Competence and CPD


One common way we try to understand the different levels of competency is to take from the field of psychology where the four-step model originated illustrating the journey from novice to expert.

Helping engineers understand the benefits from assessing their own competence is best achieved by offering them the time, support and some optional resources to allow them to fill any gaps that they maybe didn’t know were really there until the solutions to fill them were actually made available.


Step 1 – Unconsciously incompetent

You don’t know what you don’t know. You are a beginner.

An example of this would be where a mechanical engineer is offered the opportunity to also train as an electrician. Whilst the individual will have experience of working conditions, they will have no understanding yet on what their learning requirements will be to be recognised as a competent person to a technical level.

Step 2 – Consciously incompetent

You know what you don’t know.

Once the engineer has enrolled and begun the first sessions of training, it will now be more apparent how much learning and development will be involved and what learning area/outcomes will be studies in the future.

Step 3 – Consciously competent

You know what needs to be done and how to do it. You are proficient.

Once the engineer has completed the training journey, it is likely that there will also be a requirement for a competency assessment, such as the AM2 in the electrical industry. At this point the engineer knows what was expected of them, they have been assessed and challenged on their learning and they have been awarded for their achievement.

Step 4 – Unconsciously competent

You are an expert. You perform the task without thought.

Once the engineer has been working in the competent role for a period, a lot of the processes and work behaviour can switch from conscious attempts to work safely to unconscious repetition of work that has been carried out many times before.

It is at this point in step 4 where the engineers not undergoing training, isn’t having to prove their competence to third parties and they can switch off and maybe even go on autopilot. The danger here is that new technologies, new innovations, new regulations, or many other variables could come along that were not within the scope of the initial training. If the engineer has switched off assessing their competence to do the work, then potential dangers may occur.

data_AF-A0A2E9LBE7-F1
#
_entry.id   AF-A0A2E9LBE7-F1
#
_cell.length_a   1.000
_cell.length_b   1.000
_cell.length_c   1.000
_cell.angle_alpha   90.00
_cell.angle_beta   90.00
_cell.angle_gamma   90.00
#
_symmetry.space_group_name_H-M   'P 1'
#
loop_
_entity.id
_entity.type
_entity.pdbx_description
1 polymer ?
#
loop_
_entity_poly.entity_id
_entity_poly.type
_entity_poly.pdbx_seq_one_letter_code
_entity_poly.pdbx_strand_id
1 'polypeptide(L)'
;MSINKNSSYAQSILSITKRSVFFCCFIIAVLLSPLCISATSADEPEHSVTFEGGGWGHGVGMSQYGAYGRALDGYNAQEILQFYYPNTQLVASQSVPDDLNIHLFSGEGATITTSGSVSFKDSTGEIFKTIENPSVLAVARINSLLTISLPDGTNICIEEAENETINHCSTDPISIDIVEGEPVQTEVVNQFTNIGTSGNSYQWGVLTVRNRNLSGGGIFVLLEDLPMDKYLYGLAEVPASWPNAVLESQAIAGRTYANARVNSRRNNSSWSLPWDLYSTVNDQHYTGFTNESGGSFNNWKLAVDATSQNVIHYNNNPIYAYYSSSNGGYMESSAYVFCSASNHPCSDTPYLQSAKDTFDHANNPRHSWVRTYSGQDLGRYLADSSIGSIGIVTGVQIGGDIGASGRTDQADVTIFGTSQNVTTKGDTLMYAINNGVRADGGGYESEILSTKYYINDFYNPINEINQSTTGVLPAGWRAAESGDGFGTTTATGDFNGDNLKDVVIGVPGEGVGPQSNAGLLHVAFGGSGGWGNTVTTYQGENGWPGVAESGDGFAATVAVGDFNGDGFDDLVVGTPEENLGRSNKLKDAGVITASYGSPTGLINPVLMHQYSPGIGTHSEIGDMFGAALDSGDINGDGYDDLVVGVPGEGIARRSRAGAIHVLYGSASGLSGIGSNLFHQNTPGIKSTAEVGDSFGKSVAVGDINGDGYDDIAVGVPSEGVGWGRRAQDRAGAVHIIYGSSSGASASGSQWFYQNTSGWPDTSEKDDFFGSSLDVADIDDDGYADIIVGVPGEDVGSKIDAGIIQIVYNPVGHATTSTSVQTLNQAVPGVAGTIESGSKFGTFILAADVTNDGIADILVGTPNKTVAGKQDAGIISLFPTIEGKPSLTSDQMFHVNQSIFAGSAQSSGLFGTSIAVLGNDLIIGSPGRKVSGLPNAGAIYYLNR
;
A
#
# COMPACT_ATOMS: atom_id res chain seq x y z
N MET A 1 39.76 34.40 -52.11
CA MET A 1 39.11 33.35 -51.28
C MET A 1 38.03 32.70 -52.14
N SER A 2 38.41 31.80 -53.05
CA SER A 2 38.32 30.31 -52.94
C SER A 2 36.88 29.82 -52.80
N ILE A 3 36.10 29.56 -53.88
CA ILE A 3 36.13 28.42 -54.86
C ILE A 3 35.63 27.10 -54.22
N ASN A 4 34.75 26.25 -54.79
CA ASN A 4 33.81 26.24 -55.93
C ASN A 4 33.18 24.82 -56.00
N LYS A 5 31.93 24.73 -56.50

This is where complacency among a competent work force can result in potential dangers occurring within. A strategy to constantly reassess competence and reflect on their abilities is essential to always have a team of engineers that can work safely and always prevent danger.

Reassessing competence

It is recommended to introduce a proactive continuing professional development (CPD) strategy. This will help the engineers to start assessing their own competencies, identify opportunities for growth and development and greatly satisfy industry expectations to maintain competence in the workplace.

Continuing professional development (CPD)

*This information on CPD is taken from the institute of Engineering and Technology (IET). It is strongly recommended to consider supporting electricians to apply for membership and seek professional registration.

As the name implies, CPD is with us throughout our careers. It goes beyond professional registration and into retirement, allowing you to stay in touch with developments in engineering. We encourage members to embrace CPD on a daily basis, making it an integral part of your routine.

Qualifications and training levels in the Electrical industry

There are a variety of training routes into the electrical industry, and it can sometimes become confusing determining what qualifications are valid, and for how long? The electrotechnical skills partnership (TESP) was formed to ensure a framework is in place for training and current and new occupations, for entry-level and apprenticeships through to higher-level qualifications.

TESP website -